Amberella can't even

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Amber Lynn (known as "Amberella") is a Philadelphia street artist whose repertoire includes versions of candy-valentine-heart messages pasted on walls around the city. For the recent political convention, her message was this:

For some linguistic background on the phrase, see "What does 'even' even mean?", 2/8/2011; and "Bob Dylan can't even", 12/29/2015.


  1. Dick Margulis said,

    August 1, 2016 @ 8:06 am

    On the other hand, if to cant is to tilt, "I cant even" is a self-contradiction.

  2. Stan Carey said,

    August 1, 2016 @ 8:23 am

    @Dick: She may have to recant.

  3. Victor Mair said,

    August 1, 2016 @ 9:15 am

    Love the first two comments! It's very hard to find this spelling anywhere else, but did come across a neat example here:

    i cant

    You can get that from tigerlily25 on a t-shirt.

    It was followed on boldmatic by _kingmoe with this:

    ok i lied,
    i cant

    [(myl) Um, the spelling "cant" for "can't" is everywhere on the web, and probably about as common on Twitter as "can't" is.

    And George Bernard Shaw tried unsuccessfully to get everyone to use "dont" instead of "don't" — if his idiolect had used "can't" rather than "cannot" he probably would have done the analogous thing there.]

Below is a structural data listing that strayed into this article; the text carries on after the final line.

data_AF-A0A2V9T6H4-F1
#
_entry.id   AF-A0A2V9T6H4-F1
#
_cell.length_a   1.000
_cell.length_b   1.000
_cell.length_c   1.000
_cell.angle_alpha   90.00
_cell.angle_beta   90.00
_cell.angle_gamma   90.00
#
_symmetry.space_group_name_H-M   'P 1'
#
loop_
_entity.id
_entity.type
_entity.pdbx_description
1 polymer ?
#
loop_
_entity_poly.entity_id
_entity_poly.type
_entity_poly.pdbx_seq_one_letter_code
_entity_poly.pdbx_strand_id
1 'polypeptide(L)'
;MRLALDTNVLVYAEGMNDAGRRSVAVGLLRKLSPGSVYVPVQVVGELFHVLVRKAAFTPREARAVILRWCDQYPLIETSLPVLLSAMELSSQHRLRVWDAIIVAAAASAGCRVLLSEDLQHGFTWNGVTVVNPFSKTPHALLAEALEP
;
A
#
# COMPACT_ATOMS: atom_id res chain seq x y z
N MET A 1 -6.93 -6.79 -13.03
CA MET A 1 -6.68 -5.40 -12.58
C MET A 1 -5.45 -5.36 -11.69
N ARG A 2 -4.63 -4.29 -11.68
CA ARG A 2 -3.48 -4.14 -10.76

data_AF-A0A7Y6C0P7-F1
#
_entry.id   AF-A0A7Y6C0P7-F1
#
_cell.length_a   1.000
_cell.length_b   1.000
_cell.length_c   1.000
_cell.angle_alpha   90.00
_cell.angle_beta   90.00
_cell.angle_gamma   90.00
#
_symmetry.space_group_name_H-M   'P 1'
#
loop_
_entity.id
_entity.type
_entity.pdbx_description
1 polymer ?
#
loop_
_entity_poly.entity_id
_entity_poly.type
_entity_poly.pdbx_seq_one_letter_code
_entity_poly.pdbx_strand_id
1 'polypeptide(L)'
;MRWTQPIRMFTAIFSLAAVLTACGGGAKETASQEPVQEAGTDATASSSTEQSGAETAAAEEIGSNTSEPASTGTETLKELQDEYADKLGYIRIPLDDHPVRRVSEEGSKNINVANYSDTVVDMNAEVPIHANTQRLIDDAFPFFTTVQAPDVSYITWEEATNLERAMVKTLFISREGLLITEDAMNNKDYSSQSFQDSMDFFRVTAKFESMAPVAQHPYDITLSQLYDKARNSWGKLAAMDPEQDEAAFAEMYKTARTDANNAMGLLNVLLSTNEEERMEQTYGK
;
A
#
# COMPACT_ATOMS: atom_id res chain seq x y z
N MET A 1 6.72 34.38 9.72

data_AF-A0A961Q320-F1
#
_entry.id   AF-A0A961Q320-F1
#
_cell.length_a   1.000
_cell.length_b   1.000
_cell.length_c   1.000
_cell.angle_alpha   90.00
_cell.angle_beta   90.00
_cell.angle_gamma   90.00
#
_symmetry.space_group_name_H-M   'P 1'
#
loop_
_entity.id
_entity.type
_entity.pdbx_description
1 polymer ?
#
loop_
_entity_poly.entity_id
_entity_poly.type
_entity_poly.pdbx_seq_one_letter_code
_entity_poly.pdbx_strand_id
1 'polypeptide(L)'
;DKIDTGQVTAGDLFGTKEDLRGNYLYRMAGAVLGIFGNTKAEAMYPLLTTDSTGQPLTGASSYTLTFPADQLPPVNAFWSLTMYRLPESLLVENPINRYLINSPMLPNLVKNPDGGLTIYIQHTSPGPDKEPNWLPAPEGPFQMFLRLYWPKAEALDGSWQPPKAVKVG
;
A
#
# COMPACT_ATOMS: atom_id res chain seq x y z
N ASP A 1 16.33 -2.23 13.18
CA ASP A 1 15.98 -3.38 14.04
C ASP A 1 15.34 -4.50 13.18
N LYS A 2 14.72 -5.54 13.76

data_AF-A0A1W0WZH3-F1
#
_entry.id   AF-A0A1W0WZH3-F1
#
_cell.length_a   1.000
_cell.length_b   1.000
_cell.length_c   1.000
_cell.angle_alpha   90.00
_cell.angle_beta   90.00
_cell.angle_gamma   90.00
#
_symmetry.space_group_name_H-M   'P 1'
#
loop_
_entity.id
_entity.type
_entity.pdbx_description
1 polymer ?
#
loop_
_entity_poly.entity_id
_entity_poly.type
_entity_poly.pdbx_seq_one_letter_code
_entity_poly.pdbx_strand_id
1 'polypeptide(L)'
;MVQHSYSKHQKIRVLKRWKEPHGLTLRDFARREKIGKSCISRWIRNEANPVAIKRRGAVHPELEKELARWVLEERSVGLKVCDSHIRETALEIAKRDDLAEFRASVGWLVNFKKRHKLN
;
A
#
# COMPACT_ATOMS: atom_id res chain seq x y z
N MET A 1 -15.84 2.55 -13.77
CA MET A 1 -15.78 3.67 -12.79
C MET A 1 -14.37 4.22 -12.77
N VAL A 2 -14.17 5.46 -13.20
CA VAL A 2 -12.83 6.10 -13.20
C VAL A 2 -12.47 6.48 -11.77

4. Bloix said,

    August 1, 2016 @ 9:42 am

    So she's a Bernie supporter?

    [(myl) The local impression seems to be that it's mostly a comment on Donald Trump:


  5. Coby Lubliner said,

    August 1, 2016 @ 9:54 am

    It's not that Shaw's idiolect didn't use "can't"; of course it did. It's that for many Brits (especially southern English) "can't" and "cant" are pronounced differently.

    [(myl) I haven't been able to find any cases where he wrote "can't" rather than "cannot" — though I'll be happy to be corrected — but of course his speech might have been different.]

  6. Dave Empey said,

    August 1, 2016 @ 10:25 am

    Not sure if you realize that "I can't even" is a piece of internet slang used when you're rendered (almost) speechless with astonishment.

    [(myl) I'm quite sure that you didn't read the linked post "Bob Dylan can't even", 12/29/2015.]

  7. Eric P Smith said,

    August 1, 2016 @ 10:26 am

    What's the difference between Ghengis and Immanuel?

    Ghengis Khan but Immanuel Kant.

    (Well, it works in my Scottish accent.)

  8. Eric P Smith said,

    August 1, 2016 @ 10:38 am

    I should have checked the spelling of Genghis. I can't even.

    [(myl) This suggests a research topic similar to that involved in "conservation of gemination":